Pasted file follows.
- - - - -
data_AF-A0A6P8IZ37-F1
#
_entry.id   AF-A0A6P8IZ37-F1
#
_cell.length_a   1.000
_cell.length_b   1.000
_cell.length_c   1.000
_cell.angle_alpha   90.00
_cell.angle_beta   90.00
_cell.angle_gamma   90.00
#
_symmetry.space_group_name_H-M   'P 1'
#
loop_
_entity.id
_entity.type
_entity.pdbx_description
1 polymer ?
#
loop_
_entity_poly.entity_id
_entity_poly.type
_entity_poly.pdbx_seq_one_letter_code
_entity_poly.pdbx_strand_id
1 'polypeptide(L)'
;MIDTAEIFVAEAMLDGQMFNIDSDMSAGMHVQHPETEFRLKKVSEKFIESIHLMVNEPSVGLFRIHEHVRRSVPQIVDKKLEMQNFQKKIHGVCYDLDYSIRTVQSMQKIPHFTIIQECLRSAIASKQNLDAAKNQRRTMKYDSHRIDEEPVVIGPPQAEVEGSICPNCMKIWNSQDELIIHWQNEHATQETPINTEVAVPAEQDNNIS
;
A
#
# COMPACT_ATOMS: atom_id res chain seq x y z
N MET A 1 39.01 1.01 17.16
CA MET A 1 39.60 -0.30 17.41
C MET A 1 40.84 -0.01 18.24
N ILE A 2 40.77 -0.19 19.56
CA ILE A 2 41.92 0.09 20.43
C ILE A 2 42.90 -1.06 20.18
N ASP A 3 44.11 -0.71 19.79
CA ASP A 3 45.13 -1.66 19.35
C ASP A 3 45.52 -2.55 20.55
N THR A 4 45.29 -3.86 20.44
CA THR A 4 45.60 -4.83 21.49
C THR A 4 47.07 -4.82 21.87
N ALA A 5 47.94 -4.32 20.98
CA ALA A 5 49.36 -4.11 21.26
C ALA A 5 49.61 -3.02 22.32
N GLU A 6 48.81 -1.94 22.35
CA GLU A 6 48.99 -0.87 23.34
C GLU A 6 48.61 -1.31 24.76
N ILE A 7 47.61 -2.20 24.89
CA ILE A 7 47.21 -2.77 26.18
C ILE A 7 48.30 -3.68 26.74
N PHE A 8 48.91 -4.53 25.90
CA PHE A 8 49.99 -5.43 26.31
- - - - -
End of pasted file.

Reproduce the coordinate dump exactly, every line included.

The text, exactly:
data_AF-A0A6P8IZ37-F1
#
_entry.id   AF-A0A6P8IZ37-F1
#
_cell.length_a   1.000
_cell.length_b   1.000
_cell.length_c   1.000
_cell.angle_alpha   90.00
_cell.angle_beta   90.00
_cell.angle_gamma   90.00
#
_symmetry.space_group_name_H-M   'P 1'
#
loop_
_entity.id
_entity.type
_entity.pdbx_description
1 polymer ?
#
loop_
_entity_poly.entity_id
_entity_poly.type
_entity_poly.pdbx_seq_one_letter_code
_entity_poly.pdbx_strand_id
1 'polypeptide(L)'
;MIDTAEIFVAEAMLDGQMFNIDSDMSAGMHVQHPETEFRLKKVSEKFIESIHLMVNEPSVGLFRIHEHVRRSVPQIVDKKLEMQNFQKKIHGVCYDLDYSIRTVQSMQKIPHFTIIQECLRSAIASKQNLDAAKNQRRTMKYDSHRIDEEPVVIGPPQAEVEGSICPNCMKIWNSQDELIIHWQNEHATQETPINTEVAVPAEQDNNIS
;
A
#
# COMPACT_ATOMS: atom_id res chain seq x y z
N MET A 1 39.01 1.01 17.16
CA MET A 1 39.60 -0.30 17.41
C MET A 1 40.84 -0.01 18.24
N ILE A 2 40.77 -0.19 19.56
CA ILE A 2 41.92 0.09 20.43
C ILE A 2 42.90 -1.06 20.18
N ASP A 3 44.11 -0.71 19.79
CA ASP A 3 45.13 -1.66 19.35
C ASP A 3 45.52 -2.55 20.55
N THR A 4 45.29 -3.86 20.44
CA THR A 4 45.60 -4.83 21.49
C THR A 4 47.07 -4.82 21.87
N ALA A 5 47.94 -4.32 20.98
CA ALA A 5 49.36 -4.11 21.26
C ALA A 5 49.61 -3.02 22.32
N GLU A 6 48.81 -1.94 22.35
CA GLU A 6 48.99 -0.87 23.34
C GLU A 6 48.61 -1.31 24.76
N ILE A 7 47.61 -2.20 24.89
CA ILE A 7 47.21 -2.77 26.18
C ILE A 7 48.30 -3.68 26.74
N PHE A 8 48.91 -4.53 25.90
CA PHE A 8 49.99 -5.43 26.31